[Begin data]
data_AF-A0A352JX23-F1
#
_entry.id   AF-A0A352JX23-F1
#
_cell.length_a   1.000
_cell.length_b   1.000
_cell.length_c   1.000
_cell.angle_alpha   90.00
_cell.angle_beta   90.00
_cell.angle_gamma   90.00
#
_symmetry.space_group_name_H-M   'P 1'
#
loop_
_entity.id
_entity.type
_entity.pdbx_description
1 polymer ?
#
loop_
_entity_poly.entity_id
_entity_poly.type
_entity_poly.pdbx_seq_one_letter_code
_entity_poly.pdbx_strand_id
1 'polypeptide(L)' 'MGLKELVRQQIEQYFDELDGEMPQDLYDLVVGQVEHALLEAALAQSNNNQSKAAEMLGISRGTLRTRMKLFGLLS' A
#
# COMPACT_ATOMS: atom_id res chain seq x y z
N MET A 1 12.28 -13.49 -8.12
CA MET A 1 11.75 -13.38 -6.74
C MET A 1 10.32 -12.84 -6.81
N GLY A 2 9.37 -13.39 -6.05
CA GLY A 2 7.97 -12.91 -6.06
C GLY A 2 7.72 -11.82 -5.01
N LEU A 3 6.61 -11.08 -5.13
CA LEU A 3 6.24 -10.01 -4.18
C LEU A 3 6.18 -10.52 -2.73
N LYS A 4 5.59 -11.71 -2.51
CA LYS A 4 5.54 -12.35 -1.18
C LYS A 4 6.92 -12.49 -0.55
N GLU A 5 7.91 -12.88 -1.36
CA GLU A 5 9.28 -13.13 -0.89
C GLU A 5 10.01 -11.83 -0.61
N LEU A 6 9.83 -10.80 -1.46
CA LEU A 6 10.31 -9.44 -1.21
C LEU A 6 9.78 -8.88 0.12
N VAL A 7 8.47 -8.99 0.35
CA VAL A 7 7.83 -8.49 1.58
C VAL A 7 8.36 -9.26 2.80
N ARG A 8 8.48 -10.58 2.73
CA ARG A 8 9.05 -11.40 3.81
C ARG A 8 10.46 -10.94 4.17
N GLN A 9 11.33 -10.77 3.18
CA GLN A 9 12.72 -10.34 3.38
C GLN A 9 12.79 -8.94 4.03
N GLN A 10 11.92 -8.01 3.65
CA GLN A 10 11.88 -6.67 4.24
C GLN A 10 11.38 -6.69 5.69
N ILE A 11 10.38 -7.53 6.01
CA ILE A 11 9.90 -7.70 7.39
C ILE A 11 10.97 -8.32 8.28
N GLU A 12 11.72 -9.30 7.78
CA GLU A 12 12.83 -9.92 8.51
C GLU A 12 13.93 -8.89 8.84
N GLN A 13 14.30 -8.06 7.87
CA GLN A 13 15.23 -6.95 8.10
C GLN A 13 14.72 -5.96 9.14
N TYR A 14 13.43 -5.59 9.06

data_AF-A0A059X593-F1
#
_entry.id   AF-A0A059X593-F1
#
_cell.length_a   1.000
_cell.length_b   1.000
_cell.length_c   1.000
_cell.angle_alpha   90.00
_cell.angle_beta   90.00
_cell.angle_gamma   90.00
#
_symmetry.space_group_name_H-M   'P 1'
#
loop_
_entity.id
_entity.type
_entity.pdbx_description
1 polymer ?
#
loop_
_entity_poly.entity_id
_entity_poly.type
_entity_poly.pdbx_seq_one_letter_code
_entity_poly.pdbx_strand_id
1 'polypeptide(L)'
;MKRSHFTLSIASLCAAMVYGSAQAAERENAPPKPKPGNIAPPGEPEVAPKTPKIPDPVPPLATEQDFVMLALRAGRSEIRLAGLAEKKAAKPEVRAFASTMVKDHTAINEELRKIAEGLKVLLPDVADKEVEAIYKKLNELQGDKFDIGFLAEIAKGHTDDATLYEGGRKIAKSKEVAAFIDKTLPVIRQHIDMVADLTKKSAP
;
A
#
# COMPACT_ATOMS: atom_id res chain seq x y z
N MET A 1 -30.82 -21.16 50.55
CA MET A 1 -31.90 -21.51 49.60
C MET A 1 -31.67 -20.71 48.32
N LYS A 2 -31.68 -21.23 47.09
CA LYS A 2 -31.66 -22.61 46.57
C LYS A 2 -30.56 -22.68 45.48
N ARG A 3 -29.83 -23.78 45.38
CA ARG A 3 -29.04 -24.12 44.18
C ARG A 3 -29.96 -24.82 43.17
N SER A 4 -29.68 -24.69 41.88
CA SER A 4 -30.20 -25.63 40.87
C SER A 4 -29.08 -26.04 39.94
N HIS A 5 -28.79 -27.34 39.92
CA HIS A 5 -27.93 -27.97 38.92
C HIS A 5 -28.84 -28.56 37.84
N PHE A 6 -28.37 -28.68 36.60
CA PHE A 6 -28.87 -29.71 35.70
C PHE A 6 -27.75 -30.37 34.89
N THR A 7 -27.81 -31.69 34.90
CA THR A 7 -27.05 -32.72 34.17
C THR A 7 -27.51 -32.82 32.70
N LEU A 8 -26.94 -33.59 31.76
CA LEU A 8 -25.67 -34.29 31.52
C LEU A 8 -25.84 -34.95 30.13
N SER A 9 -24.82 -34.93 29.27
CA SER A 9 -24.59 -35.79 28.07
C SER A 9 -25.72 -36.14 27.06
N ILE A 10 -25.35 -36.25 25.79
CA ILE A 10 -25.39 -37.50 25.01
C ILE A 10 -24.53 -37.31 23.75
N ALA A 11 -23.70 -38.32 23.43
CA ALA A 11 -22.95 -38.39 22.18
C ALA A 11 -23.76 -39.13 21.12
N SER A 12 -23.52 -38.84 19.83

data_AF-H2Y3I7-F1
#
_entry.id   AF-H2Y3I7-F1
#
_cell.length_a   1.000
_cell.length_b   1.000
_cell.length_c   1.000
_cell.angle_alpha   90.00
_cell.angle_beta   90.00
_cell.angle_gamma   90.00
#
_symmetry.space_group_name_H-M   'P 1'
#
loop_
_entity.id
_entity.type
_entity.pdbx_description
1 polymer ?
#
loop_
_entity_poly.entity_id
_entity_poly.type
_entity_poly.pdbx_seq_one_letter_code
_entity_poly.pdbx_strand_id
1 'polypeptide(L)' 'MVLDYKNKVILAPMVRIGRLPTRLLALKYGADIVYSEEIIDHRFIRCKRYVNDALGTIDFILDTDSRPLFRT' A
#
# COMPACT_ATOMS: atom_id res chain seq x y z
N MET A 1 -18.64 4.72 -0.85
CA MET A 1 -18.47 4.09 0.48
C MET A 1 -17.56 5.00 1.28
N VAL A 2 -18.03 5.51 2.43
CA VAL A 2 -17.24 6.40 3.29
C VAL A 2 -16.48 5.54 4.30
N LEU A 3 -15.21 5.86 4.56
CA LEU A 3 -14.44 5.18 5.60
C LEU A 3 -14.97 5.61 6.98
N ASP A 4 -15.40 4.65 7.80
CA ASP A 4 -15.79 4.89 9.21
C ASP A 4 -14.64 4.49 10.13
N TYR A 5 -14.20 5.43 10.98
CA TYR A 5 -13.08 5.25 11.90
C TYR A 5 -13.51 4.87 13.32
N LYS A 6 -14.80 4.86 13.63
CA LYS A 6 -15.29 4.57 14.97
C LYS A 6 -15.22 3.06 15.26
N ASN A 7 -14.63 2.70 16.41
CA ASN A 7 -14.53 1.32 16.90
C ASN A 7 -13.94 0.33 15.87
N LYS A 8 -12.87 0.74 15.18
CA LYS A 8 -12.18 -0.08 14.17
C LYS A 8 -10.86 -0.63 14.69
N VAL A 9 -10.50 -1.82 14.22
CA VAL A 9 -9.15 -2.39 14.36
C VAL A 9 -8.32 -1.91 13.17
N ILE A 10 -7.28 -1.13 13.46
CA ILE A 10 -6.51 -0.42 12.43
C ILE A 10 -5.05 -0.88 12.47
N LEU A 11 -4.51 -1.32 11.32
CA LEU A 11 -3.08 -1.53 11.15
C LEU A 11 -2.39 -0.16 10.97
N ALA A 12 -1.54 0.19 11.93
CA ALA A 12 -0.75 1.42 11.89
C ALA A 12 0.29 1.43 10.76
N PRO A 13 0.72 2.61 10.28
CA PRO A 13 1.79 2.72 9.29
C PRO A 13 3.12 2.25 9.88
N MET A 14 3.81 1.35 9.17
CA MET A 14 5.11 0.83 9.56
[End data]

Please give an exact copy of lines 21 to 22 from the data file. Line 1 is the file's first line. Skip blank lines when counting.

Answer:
_entity_poly.entity_id
_entity_poly.type